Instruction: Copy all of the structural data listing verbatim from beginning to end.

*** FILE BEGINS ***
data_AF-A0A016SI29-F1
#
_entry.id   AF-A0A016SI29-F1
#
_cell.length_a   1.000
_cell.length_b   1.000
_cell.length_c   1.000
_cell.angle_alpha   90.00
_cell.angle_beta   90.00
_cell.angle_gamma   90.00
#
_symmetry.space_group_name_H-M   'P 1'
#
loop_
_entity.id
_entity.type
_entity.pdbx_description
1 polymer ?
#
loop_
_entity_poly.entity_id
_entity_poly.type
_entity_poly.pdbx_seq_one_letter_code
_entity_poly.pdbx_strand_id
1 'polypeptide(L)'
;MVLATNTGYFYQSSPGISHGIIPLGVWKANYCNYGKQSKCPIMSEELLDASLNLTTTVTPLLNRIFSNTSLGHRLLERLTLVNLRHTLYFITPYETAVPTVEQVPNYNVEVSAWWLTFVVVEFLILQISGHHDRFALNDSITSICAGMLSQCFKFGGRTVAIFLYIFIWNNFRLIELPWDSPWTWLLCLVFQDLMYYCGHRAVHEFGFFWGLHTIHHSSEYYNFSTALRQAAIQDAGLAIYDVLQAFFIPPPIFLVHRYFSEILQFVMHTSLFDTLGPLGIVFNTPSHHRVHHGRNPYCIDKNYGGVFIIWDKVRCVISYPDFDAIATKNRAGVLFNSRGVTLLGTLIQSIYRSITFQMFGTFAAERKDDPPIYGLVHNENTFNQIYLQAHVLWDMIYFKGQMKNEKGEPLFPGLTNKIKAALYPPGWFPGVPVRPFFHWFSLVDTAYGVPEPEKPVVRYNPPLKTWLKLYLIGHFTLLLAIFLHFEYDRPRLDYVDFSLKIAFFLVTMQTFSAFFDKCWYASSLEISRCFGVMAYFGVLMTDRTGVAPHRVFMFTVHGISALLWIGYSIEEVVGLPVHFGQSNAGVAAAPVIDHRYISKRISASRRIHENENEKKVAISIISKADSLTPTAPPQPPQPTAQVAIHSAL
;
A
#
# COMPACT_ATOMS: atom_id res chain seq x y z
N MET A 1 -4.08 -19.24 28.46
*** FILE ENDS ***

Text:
data_AF-A0A016SI29-F1
#
_entry.id   AF-A0A016SI29-F1
#
_cell.length_a   1.000
_cell.length_b   1.000
_cell.length_c   1.000
_cell.angle_alpha   90.00
_cell.angle_beta   90.00
_cell.angle_gamma   90.00
#
_symmetry.space_group_name_H-M   'P 1'
#
loop_
_entity.id
_entity.type
_entity.pdbx_description
1 polymer ?
#
loop_
_entity_poly.entity_id
_entity_poly.type
_entity_poly.pdbx_seq_one_letter_code
_entity_poly.pdbx_strand_id
1 'polypeptide(L)'
;MVLATNTGYFYQSSPGISHGIIPLGVWKANYCNYGKQSKCPIMSEELLDASLNLTTTVTPLLNRIFSNTSLGHRLLERLTLVNLRHTLYFITPYETAVPTVEQVPNYNVEVSAWWLTFVVVEFLILQISGHHDRFALNDSITSICAGMLSQCFKFGGRTVAIFLYIFIWNNFRLIELPWDSPWTWLLCLVFQDLMYYCGHRAVHEFGFFWGLHTIHHSSEYYNFSTALRQAAIQDAGLAIYDVLQAFFIPPPIFLVHRYFSEILQFVMHTSLFDTLGPLGIVFNTPSHHRVHHGRNPYCIDKNYGGVFIIWDKVRCVISYPDFDAIATKNRAGVLFNSRGVTLLGTLIQSIYRSITFQMFGTFAAERKDDPPIYGLVHNENTFNQIYLQAHVLWDMIYFKGQMKNEKGEPLFPGLTNKIKAALYPPGWFPGVPVRPFFHWFSLVDTAYGVPEPEKPVVRYNPPLKTWLKLYLIGHFTLLLAIFLHFEYDRPRLDYVDFSLKIAFFLVTMQTFSAFFDKCWYASSLEISRCFGVMAYFGVLMTDRTGVAPHRVFMFTVHGISALLWIGYSIEEVVGLPVHFGQSNAGVAAAPVIDHRYISKRISASRRIHENENEKKVAISIISKADSLTPTAPPQPPQPTAQVAIHSAL
;
A
#
# COMPACT_ATOMS: atom_id res chain seq x y z
N MET A 1 -4.08 -19.24 28.46